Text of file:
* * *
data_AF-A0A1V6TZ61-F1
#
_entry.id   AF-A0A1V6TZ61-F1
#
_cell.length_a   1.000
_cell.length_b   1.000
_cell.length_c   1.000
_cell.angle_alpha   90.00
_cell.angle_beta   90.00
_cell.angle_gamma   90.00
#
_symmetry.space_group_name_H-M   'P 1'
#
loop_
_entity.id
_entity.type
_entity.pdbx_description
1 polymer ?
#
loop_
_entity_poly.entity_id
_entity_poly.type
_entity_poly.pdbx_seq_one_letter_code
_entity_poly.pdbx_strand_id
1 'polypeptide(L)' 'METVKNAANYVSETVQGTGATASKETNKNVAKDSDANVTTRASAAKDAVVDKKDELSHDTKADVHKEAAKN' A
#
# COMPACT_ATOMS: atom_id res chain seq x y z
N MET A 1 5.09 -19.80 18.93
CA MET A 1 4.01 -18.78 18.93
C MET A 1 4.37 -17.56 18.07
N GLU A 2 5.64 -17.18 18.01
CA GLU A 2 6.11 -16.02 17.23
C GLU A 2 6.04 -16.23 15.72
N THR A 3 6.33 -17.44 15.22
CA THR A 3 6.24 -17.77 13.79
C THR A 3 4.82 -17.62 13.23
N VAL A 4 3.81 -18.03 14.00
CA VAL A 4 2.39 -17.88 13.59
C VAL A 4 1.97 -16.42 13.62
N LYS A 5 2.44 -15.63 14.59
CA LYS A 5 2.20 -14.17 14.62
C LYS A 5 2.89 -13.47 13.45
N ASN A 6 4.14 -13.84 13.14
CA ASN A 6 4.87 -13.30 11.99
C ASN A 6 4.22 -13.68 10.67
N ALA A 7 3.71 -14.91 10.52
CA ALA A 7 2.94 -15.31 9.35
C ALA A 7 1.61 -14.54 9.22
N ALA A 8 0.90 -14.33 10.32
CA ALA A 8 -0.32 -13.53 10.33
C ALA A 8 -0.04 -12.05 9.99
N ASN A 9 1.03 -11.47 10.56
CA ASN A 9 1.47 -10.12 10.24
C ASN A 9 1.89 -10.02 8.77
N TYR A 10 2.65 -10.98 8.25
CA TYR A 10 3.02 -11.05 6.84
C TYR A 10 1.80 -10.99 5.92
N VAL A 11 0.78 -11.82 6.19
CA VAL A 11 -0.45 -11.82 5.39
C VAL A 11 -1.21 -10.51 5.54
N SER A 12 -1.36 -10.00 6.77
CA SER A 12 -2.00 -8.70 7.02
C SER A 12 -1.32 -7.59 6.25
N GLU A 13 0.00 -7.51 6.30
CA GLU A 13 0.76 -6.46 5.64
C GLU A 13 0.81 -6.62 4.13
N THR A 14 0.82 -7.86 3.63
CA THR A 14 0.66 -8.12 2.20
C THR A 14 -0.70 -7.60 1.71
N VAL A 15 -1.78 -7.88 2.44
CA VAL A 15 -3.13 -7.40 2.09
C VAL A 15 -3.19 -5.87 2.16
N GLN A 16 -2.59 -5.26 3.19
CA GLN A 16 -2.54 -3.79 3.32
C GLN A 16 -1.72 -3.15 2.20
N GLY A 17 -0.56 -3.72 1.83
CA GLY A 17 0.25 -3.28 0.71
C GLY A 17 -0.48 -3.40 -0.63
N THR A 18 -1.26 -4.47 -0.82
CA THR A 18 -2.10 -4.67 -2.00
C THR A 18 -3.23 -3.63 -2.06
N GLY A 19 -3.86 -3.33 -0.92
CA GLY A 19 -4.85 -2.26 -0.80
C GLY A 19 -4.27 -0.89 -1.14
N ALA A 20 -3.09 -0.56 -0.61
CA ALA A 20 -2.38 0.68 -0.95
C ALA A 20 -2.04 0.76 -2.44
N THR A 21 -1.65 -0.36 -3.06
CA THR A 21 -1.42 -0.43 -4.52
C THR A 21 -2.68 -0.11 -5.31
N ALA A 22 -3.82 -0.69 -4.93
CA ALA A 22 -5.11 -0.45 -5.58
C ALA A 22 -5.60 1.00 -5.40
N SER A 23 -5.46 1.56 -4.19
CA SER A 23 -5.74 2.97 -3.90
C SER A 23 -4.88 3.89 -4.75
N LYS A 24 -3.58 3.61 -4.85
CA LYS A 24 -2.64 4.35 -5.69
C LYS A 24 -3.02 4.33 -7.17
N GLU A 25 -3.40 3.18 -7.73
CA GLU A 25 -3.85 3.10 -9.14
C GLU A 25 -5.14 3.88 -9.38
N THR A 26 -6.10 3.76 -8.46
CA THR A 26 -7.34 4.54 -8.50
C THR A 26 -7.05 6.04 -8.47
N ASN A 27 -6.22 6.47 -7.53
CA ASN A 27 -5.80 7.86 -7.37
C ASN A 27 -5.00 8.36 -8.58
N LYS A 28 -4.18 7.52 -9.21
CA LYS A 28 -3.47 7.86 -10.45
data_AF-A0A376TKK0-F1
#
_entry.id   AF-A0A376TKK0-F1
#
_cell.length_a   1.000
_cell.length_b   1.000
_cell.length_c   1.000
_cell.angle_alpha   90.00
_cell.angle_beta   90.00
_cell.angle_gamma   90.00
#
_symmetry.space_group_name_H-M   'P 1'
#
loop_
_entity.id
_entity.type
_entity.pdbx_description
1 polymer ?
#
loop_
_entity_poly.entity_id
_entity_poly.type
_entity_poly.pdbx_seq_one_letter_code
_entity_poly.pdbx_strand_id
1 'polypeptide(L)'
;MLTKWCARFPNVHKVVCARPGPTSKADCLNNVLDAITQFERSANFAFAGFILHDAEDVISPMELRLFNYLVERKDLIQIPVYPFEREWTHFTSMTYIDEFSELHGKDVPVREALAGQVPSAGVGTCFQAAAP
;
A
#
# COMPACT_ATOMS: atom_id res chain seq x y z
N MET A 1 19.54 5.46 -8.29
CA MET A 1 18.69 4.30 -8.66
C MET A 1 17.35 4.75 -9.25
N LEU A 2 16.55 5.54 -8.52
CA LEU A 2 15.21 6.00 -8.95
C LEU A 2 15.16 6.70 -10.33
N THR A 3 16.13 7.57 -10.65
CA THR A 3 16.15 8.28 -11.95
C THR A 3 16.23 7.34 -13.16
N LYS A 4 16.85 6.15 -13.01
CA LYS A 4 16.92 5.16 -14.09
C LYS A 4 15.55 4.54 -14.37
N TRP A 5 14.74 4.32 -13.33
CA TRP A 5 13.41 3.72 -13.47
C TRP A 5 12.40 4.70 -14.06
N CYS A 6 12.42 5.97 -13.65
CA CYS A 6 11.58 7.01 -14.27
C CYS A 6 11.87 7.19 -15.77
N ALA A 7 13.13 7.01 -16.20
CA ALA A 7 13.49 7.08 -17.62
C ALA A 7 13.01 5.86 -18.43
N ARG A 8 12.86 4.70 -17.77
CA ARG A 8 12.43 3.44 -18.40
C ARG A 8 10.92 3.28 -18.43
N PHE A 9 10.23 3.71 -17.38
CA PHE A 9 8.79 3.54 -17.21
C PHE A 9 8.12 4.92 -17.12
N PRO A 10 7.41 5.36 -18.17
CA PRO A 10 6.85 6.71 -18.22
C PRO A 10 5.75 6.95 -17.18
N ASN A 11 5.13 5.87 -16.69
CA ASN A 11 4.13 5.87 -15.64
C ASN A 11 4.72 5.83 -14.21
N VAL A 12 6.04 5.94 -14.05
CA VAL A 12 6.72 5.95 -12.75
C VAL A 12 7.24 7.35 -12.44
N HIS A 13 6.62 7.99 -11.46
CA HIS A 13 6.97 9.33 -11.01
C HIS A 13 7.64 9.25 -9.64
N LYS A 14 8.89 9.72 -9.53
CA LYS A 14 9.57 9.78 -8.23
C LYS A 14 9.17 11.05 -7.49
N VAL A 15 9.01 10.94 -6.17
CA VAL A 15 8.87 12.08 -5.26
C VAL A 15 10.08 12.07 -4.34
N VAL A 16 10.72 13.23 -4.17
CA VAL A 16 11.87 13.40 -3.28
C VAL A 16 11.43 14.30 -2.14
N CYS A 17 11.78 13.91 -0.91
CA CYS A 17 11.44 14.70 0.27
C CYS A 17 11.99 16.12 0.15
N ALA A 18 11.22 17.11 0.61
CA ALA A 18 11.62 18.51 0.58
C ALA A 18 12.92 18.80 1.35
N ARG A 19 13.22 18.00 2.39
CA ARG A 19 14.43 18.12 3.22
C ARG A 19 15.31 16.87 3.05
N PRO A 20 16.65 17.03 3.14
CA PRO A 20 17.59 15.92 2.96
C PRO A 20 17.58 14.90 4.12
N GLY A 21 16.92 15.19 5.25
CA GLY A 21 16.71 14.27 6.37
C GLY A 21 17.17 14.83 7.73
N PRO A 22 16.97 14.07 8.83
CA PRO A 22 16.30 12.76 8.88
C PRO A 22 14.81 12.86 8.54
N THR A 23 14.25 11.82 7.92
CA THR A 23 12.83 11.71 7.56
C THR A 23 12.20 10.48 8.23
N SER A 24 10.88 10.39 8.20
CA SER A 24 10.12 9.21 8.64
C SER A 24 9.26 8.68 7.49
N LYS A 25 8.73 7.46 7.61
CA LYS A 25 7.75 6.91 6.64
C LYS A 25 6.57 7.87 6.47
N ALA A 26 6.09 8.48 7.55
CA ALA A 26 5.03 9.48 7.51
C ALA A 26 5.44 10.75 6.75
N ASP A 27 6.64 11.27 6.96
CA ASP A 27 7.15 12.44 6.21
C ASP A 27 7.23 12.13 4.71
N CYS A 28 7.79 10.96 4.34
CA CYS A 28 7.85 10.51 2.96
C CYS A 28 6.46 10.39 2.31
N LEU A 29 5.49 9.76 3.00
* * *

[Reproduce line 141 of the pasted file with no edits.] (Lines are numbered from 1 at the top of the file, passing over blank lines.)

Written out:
N MET A 1 19.54 5.46 -8.29